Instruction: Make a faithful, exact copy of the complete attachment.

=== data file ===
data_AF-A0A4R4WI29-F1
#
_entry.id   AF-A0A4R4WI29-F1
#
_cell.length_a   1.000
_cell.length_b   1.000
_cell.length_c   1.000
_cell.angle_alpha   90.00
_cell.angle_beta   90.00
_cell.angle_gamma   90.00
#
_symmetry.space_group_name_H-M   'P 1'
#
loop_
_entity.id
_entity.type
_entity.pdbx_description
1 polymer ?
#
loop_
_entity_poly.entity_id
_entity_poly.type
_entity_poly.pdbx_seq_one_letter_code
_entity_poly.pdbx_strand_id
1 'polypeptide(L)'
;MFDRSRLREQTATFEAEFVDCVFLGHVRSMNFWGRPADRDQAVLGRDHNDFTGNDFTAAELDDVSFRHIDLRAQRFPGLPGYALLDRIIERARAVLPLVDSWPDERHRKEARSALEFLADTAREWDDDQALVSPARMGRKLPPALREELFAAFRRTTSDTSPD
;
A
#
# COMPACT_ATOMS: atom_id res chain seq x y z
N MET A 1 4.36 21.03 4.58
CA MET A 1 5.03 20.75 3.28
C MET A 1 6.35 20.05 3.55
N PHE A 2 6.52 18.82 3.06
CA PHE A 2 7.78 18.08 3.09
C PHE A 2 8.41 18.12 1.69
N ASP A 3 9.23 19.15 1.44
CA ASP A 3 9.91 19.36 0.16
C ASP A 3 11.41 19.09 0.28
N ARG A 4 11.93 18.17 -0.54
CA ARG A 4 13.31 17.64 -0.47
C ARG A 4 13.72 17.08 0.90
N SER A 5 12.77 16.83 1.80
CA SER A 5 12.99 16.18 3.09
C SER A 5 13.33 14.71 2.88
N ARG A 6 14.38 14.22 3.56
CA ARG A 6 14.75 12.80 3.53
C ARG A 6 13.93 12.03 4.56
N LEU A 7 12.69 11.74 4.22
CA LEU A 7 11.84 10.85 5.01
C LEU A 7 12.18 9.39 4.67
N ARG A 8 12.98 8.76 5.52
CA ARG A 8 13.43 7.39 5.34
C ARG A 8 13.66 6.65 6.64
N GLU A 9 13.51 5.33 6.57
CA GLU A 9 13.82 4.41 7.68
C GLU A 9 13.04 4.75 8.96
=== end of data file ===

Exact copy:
data_AF-A0A4R4WI29-F1
#
_entry.id   AF-A0A4R4WI29-F1
#
_cell.length_a   1.000
_cell.length_b   1.000
_cell.length_c   1.000
_cell.angle_alpha   90.00
_cell.angle_beta   90.00
_cell.angle_gamma   90.00
#
_symmetry.space_group_name_H-M   'P 1'
#
loop_
_entity.id
_entity.type
_entity.pdbx_description
1 polymer ?
#
loop_
_entity_poly.entity_id
_entity_poly.type
_entity_poly.pdbx_seq_one_letter_code
_entity_poly.pdbx_strand_id
1 'polypeptide(L)'
;MFDRSRLREQTATFEAEFVDCVFLGHVRSMNFWGRPADRDQAVLGRDHNDFTGNDFTAAELDDVSFRHIDLRAQRFPGLPGYALLDRIIERARAVLPLVDSWPDERHRKEARSALEFLADTAREWDDDQALVSPARMGRKLPPALREELFAAFRRTTSDTSPD
;
A
#
# COMPACT_ATOMS: atom_id res chain seq x y z
N MET A 1 4.36 21.03 4.58
CA MET A 1 5.03 20.75 3.28
C MET A 1 6.35 20.05 3.55
N PHE A 2 6.52 18.82 3.06
CA PHE A 2 7.78 18.08 3.09
C PHE A 2 8.41 18.12 1.69
N ASP A 3 9.23 19.15 1.44
CA ASP A 3 9.91 19.36 0.16
C ASP A 3 11.41 19.09 0.28
N ARG A 4 11.93 18.17 -0.54
CA ARG A 4 13.31 17.64 -0.47
C ARG A 4 13.72 17.08 0.90
N SER A 5 12.77 16.83 1.80
CA SER A 5 12.99 16.18 3.09
C SER A 5 13.33 14.71 2.88
N ARG A 6 14.38 14.22 3.56
CA ARG A 6 14.75 12.80 3.53
C ARG A 6 13.93 12.03 4.56
N LEU A 7 12.69 11.74 4.22
CA LEU A 7 11.84 10.85 5.01
C LEU A 7 12.18 9.39 4.67
N ARG A 8 12.98 8.76 5.52
CA ARG A 8 13.43 7.39 5.34
C ARG A 8 13.66 6.65 6.64
N GLU A 9 13.51 5.33 6.57
CA GLU A 9 13.82 4.41 7.68
C GLU A 9 13.04 4.75 8.96